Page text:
Notifications, widgets, gadgets, live tiles, we all know what they do on devices. They bring us information that we can quickly give a glance to see what’s been updated, whether that be on a social service, a stock quote, etc.. Historically they also run as services or Apps and after getting over the excitement of seeing these updates happen before our eyes, we quickly start watching our battery meters when we see degraded battery life. We then begin searching the web for hints on how to conserve battery life and, in most cases, we find that those hints usually focus on turning most of these kinds of notifications off as a first step.
That’s all a part of the battle between battery life and information delivery innovation and we’ve all experienced it time and time again.
Microsoft is claiming that in Windows 8 it has found another way. We should all be reasonably familiar with Microsoft’s Live Tiles UI, but I’m guessing a more than a few of you have seen this in action and thought about the hit on battery life. If what Microsoft is working on will work, that might not be an issue. This Building Windows 8 post by Ryan Haveson (intro’d by Steven Sinofsky) outlines Microsoft’s approach to updating those live tiles without seriously draining your battery. It’s worth a read. It begins by outlining the goals:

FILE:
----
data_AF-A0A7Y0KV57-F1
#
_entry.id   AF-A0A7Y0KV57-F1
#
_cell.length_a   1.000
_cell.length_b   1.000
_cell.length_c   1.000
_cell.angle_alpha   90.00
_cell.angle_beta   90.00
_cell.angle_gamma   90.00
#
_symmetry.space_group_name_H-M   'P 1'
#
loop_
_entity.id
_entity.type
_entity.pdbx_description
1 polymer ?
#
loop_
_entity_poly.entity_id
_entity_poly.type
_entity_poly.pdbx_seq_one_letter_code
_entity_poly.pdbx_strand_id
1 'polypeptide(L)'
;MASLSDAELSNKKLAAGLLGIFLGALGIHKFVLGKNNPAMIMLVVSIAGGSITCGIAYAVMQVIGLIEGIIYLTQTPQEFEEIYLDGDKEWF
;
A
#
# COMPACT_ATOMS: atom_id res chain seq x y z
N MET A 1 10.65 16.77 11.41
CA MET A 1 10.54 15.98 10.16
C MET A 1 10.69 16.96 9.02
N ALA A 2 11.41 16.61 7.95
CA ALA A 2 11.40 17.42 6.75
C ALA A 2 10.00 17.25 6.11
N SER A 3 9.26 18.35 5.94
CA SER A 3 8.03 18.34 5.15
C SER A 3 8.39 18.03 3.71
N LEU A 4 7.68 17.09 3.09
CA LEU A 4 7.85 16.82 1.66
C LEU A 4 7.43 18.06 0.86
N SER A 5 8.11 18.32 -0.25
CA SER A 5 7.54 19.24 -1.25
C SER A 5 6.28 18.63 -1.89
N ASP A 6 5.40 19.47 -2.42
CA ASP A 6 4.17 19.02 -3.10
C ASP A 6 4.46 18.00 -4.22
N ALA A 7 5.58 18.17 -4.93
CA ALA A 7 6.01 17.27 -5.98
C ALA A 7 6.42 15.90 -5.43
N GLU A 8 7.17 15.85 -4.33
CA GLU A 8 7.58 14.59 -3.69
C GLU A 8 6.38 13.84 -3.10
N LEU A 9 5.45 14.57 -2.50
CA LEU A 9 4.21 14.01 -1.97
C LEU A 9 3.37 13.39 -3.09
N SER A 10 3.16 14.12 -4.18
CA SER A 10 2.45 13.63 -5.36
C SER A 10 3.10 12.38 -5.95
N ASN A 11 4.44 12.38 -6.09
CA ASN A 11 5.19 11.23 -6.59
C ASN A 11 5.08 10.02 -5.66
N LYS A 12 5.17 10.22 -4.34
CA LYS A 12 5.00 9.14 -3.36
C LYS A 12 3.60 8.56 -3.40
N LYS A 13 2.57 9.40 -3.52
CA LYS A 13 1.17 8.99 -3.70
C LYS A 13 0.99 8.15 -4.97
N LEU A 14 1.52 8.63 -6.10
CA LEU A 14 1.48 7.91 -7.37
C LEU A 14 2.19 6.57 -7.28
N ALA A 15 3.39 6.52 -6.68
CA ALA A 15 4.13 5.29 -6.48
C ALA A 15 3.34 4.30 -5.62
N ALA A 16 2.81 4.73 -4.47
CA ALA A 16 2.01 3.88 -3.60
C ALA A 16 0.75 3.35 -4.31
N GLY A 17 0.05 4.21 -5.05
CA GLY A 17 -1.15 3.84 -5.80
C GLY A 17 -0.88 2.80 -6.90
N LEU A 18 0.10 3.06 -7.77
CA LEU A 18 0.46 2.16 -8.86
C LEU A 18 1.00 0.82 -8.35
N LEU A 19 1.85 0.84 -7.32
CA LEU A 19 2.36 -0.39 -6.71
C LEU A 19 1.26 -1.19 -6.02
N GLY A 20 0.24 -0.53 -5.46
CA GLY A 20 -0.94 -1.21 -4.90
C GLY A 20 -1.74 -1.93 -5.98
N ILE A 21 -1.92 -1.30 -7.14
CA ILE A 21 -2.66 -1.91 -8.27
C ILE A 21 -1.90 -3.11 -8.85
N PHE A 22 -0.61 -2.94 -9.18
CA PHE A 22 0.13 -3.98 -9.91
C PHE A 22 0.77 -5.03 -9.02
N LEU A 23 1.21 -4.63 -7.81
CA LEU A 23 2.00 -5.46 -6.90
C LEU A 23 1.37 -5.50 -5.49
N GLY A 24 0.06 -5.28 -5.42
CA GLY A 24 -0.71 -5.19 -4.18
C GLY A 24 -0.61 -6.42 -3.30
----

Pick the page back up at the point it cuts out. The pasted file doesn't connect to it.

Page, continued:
Allowing hundreds of app tiles to be alive with activity, and simultaneously making sure that we don’t degrade performance makes it seem like we have contradictory goals. After all, “activity,” by definition, consumes resources: getting a notification from the cloud uses the network, and rendering the notification on a tile uses GPU/CPU resources, etc. In order to get the design right, we knew we had to stay focused on the goals we started out with:
- Allow hundreds of live tiles without degrading performance
- Go beyond balloons, badges and text, with beautiful images
- Make it easy for developers so they can just “fire and forget”
- Achieve real-time delivery so delivering “instant messages” is instant
Based on these goals, the first fundamental architectural decision that we made was that the platform would be data-driven, that is, no app code should run in the background to power the Start screen.
I’ll let you read the rest on the blog. I’m anxious to see how this all works.
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